One small step for Moorman; one giant leap for mankind. That certainly seems appropriate when discussing the all-time leading money winners in online tournaments.
It was back in 2013 when Chris ‘moorman1’ Moorman became the first player in history within touching distance of $10 million in career earnings – a feat he’d accomplish fairly soon after. At that time, the Brit had won $3 million more than the player in second place (Jon ‘PearlJammer’ Turner – who had $6.9 million in 2013). And yet here we are, more than three years later, and Moorman still has an incredible $3.8 million in winnings more than his closest rival. No one except for Moorman, who currently has $13.75 million, has reached eight figures.
That’ll soon change, though. With the PokerStars Turbo Championship of Online Poker currently in full swing, it’s the perfect time for a player (and one player in particular) to join the exclusive $10M+ club. Here’s a closer look at the movers and shakers in the race to $10 million.
Next in line
With $9.95 million in earnings, Bryan ‘bparis’ Paris is currently leading the pack approaching the $10 million mark. The Californian, who lives in Amsterdam and also has $711K in live winnings to his name, took down a big score this week improving his chances even further.
Paris finished in second in Event #27 of the TCOOP – the $215 NL Six Max Hold’em Sunday Supersonic special edition. That great result added $52,766 to his career earnings, meaning he’s just $50K away from becoming only the second player in history to edge over the eight-figure milestone. Saying “just $50K” would seem uncouth in most areas of life, but with a variety of online poker festivals throughout the year with big buy-ins and scores available upwards of what Paris made this week, that means he’s essentially one great score away.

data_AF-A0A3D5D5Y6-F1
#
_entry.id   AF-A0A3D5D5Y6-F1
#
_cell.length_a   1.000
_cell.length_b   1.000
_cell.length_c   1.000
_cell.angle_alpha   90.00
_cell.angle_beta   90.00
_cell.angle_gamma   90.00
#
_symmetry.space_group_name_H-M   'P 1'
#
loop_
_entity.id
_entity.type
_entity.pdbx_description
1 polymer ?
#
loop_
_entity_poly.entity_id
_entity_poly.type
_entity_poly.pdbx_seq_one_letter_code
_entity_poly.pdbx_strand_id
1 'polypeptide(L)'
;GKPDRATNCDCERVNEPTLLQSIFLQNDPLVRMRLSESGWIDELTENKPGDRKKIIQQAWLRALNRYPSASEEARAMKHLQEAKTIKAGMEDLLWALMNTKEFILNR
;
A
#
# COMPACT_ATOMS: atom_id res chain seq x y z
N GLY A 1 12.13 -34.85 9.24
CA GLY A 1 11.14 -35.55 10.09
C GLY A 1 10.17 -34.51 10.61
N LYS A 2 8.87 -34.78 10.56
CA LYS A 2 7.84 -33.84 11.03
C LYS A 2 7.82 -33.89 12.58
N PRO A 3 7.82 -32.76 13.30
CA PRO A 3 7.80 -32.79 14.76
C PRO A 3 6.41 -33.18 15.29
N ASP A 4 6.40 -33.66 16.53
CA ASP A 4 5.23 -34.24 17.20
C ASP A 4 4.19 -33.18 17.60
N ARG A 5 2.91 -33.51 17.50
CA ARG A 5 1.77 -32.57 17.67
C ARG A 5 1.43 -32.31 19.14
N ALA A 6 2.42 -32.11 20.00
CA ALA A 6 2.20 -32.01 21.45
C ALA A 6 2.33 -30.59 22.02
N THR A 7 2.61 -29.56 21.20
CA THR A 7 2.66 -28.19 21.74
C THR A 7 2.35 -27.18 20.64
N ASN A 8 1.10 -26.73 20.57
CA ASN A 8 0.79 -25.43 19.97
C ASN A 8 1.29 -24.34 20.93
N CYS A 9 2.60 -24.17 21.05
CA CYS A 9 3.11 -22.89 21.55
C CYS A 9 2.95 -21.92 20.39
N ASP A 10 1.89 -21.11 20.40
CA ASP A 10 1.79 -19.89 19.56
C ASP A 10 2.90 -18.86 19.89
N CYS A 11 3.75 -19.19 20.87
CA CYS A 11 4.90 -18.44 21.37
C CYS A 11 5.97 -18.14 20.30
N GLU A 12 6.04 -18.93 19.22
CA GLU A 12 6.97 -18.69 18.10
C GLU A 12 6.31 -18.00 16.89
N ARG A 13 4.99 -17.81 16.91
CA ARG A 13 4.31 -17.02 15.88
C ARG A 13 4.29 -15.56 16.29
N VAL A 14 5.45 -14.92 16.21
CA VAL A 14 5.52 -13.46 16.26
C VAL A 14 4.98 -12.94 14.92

He’s no stranger to five-figure cashes, as you’d expect from such a successful online presence. With two Super Tuesday wins, a Sunday Brawl victory and runner-up finish, a Bigger $109 bink, and WCOOP and now TCOOP final tables on his resume, Paris is the clear favorite to leap over $10 million in 2017.
Hot on the heels
While Paris currently sits at no.88 in the world rankings, the man at #10 is also the next guy along in the race to ten milly. Chile’s Nicolas ‘PokerKaiser’ Fierro, is a former #1-ranked player who currently has a poker resume boasting $9.831 million in online earnings.
It’ll take him another $169K before he peeks over that elusive peak, but with five cashes of over $100K to his name, that’s by no means impossible in 2017. In fact, his biggest ever career score came just a few months ago in September 2016, when he took down the Winning Poker OSS #72 – Million Dollar Sunday event for $211,060, besting a 1,442-strong field.
He also has a WCOOP title, a Super Tuesday win, and several large FTOPS results rounding out his top cashes. So while Fierro has a bigger distance to run than Paris, his higher world ranking suggests that he’s been putting in more volume and getting more results of late.
The back of the pack
The only other player who could realistically move over $10 million soon is Sebastian ‘p0cket00’ Sikorski. Another former #1, Sikorski, who lives in Canada, has $9.774 million. He has three Super Tuesday wins and many final table appearances, as well as a SCOOP final table, a win in the 888 Super XL Whale, and recently a Sunday Grand victory. He’ll need to rack together a few of those wins as soon as possible if he’s to accumulate the $226K he needs to win the race.
While he’s some way away right now, it’s Shyam ‘s_dot111’ Srinivasan who rounds out the five runners. The Canadian has $9.329 million in winnings right now, which may leave him needing a miracle run to overtake Paris, but almost guarantees you’ll see him move over $10 million over the next couple of years. His incredible and consistent results over time speak for themselves.
So, the race is well and truly on and entering the home straight. Can Paris continue his hot TCOOP streak this week to become the second player in history to reach $10 million in earnings?